Kuwait Behind the Scenes of a Thriller

by | Mar 28, 2023 | Our Man In Kuwait

Kuwait Behind the Scenes

Our Man In Kuwait is a work of fiction but  the political thriller was inspired by what happened behind the scenes of life at the time.

Operation Vantage OMIK
I was born and brought up in Kuwait and I vividly recall the period and what it was like living under the threat of invasion by Iraq in 1960 and 1961. My father, Ian Byres was the Preventative Health Officer for the Kuwait Oil Company based in Ahmadi.

At the end of 1960 Ian Fleming came to Kuwait to write a book about the oil industry which was commissioned by KOC. Due to objections by the Kuwaiti Government it was never published.

During the stay he got to know my father very well and spent many days at our bungalow at 5 Main Street. They had much in common. Both had the same Christian names, were of Scottish extraction and shared a great interest in exotic creatures which sometimes broke loose from my father’s personal zoo. I recall one contest between a viper and scorpion on our green carpet when Ian Fleming was there. He went out with my father on one of his hawking expeditions into the desert which he later described as one of the highlights of his time in Kuwait.

During that period the great charmer Kim Philby, based in Beirut, made a tour of the Gulf States including Kuwait and he modelled for the character of Pip Foster in Our Man In Kuwait.

Philby himself eventually defected to the Soviet Union in 1963 when doubts about his loyalty were about to be confirmed by US and British secret services. His defection shocked the tight expat community of Ahmadi at the time who felt it reflected on their own integrity.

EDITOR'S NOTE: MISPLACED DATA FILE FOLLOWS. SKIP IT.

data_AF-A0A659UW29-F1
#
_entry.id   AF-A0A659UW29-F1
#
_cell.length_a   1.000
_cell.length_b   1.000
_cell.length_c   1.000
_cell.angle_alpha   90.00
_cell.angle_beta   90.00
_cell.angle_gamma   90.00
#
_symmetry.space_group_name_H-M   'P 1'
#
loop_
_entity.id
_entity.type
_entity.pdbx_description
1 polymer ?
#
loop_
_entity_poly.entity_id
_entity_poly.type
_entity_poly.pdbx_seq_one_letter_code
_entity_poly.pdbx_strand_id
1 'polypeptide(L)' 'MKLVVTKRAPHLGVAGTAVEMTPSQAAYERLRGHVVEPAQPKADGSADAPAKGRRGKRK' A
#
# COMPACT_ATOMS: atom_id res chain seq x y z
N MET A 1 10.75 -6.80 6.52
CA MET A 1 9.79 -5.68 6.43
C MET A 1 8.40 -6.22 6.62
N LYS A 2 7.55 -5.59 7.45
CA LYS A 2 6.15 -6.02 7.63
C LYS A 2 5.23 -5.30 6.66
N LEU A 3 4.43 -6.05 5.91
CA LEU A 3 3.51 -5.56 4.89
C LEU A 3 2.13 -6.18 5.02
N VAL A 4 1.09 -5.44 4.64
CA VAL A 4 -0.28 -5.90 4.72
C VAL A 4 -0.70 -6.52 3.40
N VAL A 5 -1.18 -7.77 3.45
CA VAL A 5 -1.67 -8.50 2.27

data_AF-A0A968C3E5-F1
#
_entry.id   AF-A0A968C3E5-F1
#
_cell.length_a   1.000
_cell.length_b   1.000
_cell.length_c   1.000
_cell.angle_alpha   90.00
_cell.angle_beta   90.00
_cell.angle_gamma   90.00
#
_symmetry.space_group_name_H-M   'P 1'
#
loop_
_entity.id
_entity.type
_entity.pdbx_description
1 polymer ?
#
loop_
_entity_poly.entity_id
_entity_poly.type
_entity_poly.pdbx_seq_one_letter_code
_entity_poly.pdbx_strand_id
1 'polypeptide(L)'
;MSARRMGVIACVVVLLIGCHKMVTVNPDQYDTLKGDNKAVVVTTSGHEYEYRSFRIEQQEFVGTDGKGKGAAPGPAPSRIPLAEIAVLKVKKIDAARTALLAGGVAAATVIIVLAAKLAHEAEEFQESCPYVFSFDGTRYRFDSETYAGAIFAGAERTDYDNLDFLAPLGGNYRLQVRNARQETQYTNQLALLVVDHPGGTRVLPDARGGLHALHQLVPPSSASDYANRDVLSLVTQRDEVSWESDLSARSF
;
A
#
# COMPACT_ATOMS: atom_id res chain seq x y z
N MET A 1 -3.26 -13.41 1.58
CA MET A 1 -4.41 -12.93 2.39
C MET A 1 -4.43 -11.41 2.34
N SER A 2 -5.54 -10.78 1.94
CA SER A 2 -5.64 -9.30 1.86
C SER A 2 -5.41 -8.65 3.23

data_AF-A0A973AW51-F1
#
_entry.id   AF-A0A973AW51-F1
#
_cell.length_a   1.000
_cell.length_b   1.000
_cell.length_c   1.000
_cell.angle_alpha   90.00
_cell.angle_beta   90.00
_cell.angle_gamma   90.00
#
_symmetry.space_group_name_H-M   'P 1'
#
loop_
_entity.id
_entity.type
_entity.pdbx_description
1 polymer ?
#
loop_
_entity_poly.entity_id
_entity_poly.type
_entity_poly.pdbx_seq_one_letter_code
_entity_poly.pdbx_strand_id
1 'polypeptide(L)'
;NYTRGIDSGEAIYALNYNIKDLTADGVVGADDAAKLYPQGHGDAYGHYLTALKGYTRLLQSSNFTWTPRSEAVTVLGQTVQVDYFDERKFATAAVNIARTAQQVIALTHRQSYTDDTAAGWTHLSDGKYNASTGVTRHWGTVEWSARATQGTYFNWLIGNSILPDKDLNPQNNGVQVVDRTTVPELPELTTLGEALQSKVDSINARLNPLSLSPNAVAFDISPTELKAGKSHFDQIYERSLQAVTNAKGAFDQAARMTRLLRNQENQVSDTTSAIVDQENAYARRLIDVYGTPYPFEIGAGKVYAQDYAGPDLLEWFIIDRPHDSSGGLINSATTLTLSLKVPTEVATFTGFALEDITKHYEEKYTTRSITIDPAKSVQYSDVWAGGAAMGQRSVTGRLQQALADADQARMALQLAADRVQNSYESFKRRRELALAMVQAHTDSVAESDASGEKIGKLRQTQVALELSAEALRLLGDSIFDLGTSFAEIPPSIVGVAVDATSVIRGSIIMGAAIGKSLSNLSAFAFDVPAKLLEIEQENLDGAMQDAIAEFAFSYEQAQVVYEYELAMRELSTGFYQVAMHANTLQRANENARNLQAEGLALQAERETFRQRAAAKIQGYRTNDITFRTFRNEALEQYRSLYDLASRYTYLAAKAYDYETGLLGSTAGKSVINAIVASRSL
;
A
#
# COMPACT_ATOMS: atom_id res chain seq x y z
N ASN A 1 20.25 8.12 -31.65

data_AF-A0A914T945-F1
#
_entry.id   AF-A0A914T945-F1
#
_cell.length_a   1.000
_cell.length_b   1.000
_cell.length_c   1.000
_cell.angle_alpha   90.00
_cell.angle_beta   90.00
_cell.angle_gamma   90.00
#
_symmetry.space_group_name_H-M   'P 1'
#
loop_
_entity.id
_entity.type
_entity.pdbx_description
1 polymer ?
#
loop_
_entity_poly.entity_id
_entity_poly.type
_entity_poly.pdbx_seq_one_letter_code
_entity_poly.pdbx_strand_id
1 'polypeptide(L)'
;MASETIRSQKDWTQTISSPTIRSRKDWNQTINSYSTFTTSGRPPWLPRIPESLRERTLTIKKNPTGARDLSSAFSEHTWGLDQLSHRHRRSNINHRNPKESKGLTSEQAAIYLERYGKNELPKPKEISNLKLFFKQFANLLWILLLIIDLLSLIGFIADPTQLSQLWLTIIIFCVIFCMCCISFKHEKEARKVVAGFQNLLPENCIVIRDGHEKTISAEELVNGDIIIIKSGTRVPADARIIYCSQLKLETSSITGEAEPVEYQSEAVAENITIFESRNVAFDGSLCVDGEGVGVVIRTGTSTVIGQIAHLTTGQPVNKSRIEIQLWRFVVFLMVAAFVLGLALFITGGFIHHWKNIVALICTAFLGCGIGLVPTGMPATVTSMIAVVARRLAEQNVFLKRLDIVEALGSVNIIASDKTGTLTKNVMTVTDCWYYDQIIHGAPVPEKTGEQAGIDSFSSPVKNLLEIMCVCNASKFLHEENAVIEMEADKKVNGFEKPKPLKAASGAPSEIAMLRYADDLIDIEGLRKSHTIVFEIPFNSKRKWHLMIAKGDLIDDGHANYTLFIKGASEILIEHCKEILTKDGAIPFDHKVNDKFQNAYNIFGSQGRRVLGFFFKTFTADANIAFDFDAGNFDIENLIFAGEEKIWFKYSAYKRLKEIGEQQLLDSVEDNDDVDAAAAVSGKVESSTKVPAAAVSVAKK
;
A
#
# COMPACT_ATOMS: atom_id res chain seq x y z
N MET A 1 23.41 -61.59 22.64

“Whitehall’s greatest fear was that domestic unrest, primarily in Kuwait but also in Iraq, could endanger the flow of oil to the United Kingdom.”

CDR Richard A. Mobley, USN, (Ret.)

Kuwait Behind the Scenes through political eyes…

In 1958, Abdul Karim Qasim seized power in Iraq, the Hashemite monarchy established by King Faisal I in 1921 under the auspices of the British. King Faisal II, Prince Abd al-Ilah, and Prime Minister Nuri al-Said as well as many other members of the Iraqi royal family were murdered by the military. Baghdad Radio announced that the Army had liberated the Iraqi people from domination by a corrupt group put in power by “imperialism”.

The Hashemite regime had been a reliable ally of the West as it tried to hold back the Soviets. The change of power produced a volatile situation. Uncontrollable mobs took to the streets of Baghdad. Several foreign nationals staying at the Baghdad Hotel were killed in the chaos that followed. The British Embassy was ransacked and a member of staff killed in the process. Iraq became a republic.

  Government decision making in Iraq centered around Qasim, who … ‘gives many who meet him the impression that he is verging on madness.’
CDR Richard A. Mobley, USN, (Ret.)